by | Nov 21, 2008 | Detroit Free Press | 0 comments

He slammed the ball between his legs, then bounced up and down, then whacked himself in the helmet with both hands, then shook his fists at the crowd. I guess this is what you’d call a touchdown dance. That, or he ate some really bad Mexican food before the game.

Either way, it was his third touchdown in 26 minutes, the capper to an awesome half of football by an increasingly awesome player. You’ll forgive me if I don’t get overly excited about the big picture, the Lions’ 24-16 victory over Green Bay, since I have watched this dance too many times before, Detroit winning just enough to keep you interested, then losing when it matters. I will not be fooled by such deception. If they make the playoffs, I’ll take back everything I’ve said about them. Until then, we’ve just watching wheels spin.

I will, however, sing the praises of the tall gentleman known as Herman Moore, who began in this town as a skinny No. 1 draft choice, and has gone from promising to impressive to dangerous to — and I do not use this word loosely — superstar.

This is not exaggeration. I see Moore as the third best receiver in football right now, behind only Picasso himself, Jerry Rice, and the ebullient

Cowboy, Michael Irvin. Rice is still in a class by himself, but Irvin and Moore are an arm’s length apart, and considering one is on a team heading for the Super Bowl while the other is on a team that probably will be home for the holidays, Moore may be even more impressive.

“He is an amazing player,” Scott Mitchell said, after Moore accounted for all the touchdowns and 147 yards of Detroit offense Sunday. “You know you might not hit him in the hands, or the numbers, and he’s still going to make the catch.”

Even if there’s blood in his eye. Speed to burn

Oh. We didn’t mention that? Well, most viewers didn’t realize it either. On Moore’s second touchdown, a 69- yard catch-and-burst over the middle, a Green Bay linebacker took a swipe at tackling him and instead ripped the skin above his eye. Within seconds, Moore was bleeding like a prize fighter.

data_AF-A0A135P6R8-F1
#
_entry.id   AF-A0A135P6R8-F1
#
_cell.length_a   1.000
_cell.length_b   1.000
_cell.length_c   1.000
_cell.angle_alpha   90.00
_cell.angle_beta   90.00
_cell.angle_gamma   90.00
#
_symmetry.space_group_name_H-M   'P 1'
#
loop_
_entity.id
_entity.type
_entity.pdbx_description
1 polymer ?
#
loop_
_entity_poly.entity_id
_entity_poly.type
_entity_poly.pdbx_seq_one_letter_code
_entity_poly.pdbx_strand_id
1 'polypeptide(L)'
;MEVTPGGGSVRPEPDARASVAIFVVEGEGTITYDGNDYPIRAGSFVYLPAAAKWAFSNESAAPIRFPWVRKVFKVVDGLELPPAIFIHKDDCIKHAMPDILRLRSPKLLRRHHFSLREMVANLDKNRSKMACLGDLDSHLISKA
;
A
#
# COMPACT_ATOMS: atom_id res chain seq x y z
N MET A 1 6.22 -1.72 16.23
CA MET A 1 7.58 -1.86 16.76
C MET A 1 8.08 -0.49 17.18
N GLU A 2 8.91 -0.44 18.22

“With about 30 yards to go I started to see red,” he recalled. “I thought it was sweat, but it was blood.”

No matter. He kept going — in fact, he hit the afterburners and outraced the Green Bay defense the way a Porche outraces a Yugo.

That was one of two things Moore did Sunday that proved his membership in the elite class of receivers, fifth-gear speed, the ability to break away. The other thing he did came on that third touchdown, late in the first half, when he went down the sidelines, looked over his shoulder, and saw Mitchell’s pass coming short. He adjusted, slipped behind the defender, and caught it before the guy knew where he was, then spun off him and danced into the end zone.

This was impressive enough. The fact that it was Moore’s idea puts it over the top. “I suggested to Scott a few weeks ago, when we were playing the Packers, that the way they play defense, we could throw it short and still complete the pass. We did it today. That was designed.

“I like plays like that. I want Scott to know that he doesn’t have top make the perfect pass, doesn’t have to put it on my numbers, just get it in my vicinity, I’ll make the play.”

How can you not like that? Goals to surpass

Before the season, Moore did an interview on WJR radio, in which Joe Dumars of the Pistons, asked what a “successful” season would be in Moore’s mind. Statistically speaking.

“Ninety catches,” Moore said.

Ninety catches? Well. Here we are, at the halfway point of the season, and Moore already has 51 catches — not only ahead of his dream mark, but way ahead of the Lions’ record book. In the history of this franchise, no receiver has caught more than 77 passes or 15 touchdowns in a single year. If he stays healthy, Moore will smash those marks easily. So he will be, for this season, anyhow, the greatest receiver in Lions history.

If you ask me, this is just the beginning.

“How far are you along in your potential?” someone asked Moore after the game.

“Honestly? I think maybe 65 percent.”

This would be bragging on someone else. If you know Moore, you know he is not a braggart, he is serious — almost studious — when it comes to the game. He knows his body, he knows his 6-foot-4 height and the advantage that gives him. When you ask about Rice and Irvin, he doesn’t genuflect. He says,
“Those guys are the elite receivers, but I feel I work as hard as they do. And if I one day get used the way they do, I think I can do similar things.”

Right now, this is still Barry Sanders’ team. But week after week, the enemy radar turns more to Moore. When it splits evenly — and with Brett Perriman, we may be looking at the best receiving tandem in the NFL right now
— this team will be held back only by the accuracy of Mitchell’s arm.

It’s a sweet thing to think about. Moore just turned 27. With each passing week, we are witnessing his superstar clay, hardening in the mold. Even if the Lions drive us crazy — and they always do — we can still appreciate that.


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Mitch Albom writes about running an orphanage in impoverished Port-au-Prince, Haiti, his kids, their hardships, laughs and challenges, and the life lessons he’s learned there every day.

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